Christopher C. Burt is the author of 'Extreme Weather; A Guide and Record Book'. He studied meteorology at the Univ. of Wisconsin-Madison.
By: Christopher C. Burt , 8:00 PM GMT on July 29, 2014
Rare Coastal California Lightning Storm Kills One and Injures 12
A freak thunderstorm quickly developed off the Pacific coastline near Los Angeles Sunday afternoon and moved onshore at popular Venice Beach in Los Angeles County. Frequent lightning strikes killed one man and injured a dozen others. This may be the only time that a summertime beach lightning fatality has occurred in California history.
Lightning strikes across the U.S. on Sunday July 27th. Note the small cluster of blips in southern California and even off the coast of central California. This was due to the summer monsoonal flow sliding further west than is normal. Lightning flash map from VAISALA’s Lightning Detection Network.
Although summer thunderstorms are common in the Sierra Nevada and desert southeast regions of California during the Southwest summer ‘monsoon’ season of July-September, it is unusual for the monsoonal flow to track further west and over the coastal portions of the state (as occurred on Monday/July 28). When this does occur, climatology dictates that the thunderstorms that do form (when this situation arises) normally impact the coastal hills and the Antelope Valley region of L.A., not the coastside.
Lightning flash density map for the greater Los Angeles region during the monsoon season of July-September. Data from 1987-2000. Map produced by Jamie Meier and Richard Thompson of NWS-Los Ageles from this monograph on the subject.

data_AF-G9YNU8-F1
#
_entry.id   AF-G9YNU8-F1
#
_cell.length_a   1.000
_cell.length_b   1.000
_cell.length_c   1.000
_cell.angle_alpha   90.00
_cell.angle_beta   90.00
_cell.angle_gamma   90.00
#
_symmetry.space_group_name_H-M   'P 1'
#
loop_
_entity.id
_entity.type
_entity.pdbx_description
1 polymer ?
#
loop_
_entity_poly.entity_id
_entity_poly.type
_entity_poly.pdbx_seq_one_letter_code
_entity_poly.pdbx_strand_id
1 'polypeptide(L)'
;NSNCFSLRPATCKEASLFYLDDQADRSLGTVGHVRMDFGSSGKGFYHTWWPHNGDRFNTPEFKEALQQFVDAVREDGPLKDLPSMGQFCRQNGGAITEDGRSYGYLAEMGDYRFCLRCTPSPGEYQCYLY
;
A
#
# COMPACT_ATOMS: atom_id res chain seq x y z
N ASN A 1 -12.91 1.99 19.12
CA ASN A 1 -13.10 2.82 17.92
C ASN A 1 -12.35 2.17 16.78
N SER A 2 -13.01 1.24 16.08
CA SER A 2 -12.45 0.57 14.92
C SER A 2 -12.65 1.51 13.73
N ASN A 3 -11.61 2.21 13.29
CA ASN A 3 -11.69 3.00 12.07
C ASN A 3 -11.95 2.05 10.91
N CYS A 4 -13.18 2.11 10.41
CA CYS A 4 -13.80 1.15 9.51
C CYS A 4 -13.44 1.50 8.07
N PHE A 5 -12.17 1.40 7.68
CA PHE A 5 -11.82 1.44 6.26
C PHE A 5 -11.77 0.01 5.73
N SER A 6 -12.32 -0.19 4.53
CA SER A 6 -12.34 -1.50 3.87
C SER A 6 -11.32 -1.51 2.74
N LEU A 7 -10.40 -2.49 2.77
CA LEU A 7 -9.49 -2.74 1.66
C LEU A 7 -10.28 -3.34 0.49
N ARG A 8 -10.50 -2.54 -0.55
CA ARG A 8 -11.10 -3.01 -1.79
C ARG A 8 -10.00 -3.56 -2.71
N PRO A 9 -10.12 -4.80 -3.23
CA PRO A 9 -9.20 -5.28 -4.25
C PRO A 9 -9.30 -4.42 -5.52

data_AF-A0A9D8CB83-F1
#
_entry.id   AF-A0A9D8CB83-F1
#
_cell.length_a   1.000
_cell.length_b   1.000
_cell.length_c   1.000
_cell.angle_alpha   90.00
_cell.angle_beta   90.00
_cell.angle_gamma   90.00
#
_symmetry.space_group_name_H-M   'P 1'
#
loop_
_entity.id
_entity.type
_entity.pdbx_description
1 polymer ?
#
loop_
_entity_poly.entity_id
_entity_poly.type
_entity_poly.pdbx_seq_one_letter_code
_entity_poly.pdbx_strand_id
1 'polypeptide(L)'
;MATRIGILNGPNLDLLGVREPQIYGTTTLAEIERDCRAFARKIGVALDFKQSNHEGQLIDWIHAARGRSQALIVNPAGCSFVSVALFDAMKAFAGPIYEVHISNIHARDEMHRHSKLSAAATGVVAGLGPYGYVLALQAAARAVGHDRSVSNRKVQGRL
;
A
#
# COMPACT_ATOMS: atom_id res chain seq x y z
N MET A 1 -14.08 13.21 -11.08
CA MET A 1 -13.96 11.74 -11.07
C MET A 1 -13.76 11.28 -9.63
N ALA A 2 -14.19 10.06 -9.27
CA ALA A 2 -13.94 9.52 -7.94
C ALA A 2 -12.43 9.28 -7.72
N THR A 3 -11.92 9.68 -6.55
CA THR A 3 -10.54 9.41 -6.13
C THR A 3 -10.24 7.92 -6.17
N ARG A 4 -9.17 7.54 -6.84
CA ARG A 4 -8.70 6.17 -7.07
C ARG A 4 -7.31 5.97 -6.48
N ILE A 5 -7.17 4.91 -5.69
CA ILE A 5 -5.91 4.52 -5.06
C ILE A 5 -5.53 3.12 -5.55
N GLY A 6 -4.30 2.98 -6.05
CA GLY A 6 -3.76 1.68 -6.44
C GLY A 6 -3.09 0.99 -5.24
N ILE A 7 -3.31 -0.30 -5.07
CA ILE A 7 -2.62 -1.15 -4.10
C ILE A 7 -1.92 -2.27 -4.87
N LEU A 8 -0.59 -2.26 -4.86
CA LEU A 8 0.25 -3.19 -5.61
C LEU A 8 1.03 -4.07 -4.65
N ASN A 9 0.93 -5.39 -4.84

The lightning death at Venice Beach was only the 33rd to occur in California since 1959. As the map below illustrates, lightning fatalities in California are exceptionally rare given the state’s large population:
Lightning fatalities by state for the period of 1959-2013. Aside from Alaska, Hawaii, and Washington, California has the lowest per-capita fatality rate due to lightning strikes of any state in the U.S. Map derived from NCDC data.
It is interesting to compare the ‘fatalities-by-state’ map with the one above which displays the ‘lightning flash density’ per square mile per year across the U.S. based on the POR of 1997-2010. The reason Florida leads (by far) the number of lightning deaths becomes obvious. Map produced by VAISALA using their proprietary National Lightning Detection Network.
On the rare occasion when there is a lightning fatality in California it almost always occurs in the Sierra Nevada where high mountain hiking, camping, and lake fishing are popular summertime pursuits.
One of the 33 fatal lightning events that occurred in California since 1959 was that which happened in August 1975 when a group of hikers posed on top of Moro Rock in Sequoia National Park as a thunderstorm developed overhead. Lightning struck these two boys a second after this photograph was snapped by their sister. All were seriously injured and another hiker standing just outside the frame was killed. Photo by Mary McQuilken of her brothers Sean (left) and Michael (right).
In spite of yesterday’s fatality, the year 2014 has been close to normal so far as lightning caused fatalities nation-wide to date.
Annual lightning fatalities by gender for the period of 2006-2014 (to-date). Over the years lightning deaths have decreased substantially from an average annual toll of over 100 in the 1950s-1980s to fewer than 50 for this current decade. Greater weather awareness and more accurate storm forecasting can account for this decline. Hopefully, this trend will continue into the future. Table from NOAA.
Christopher C. Burt
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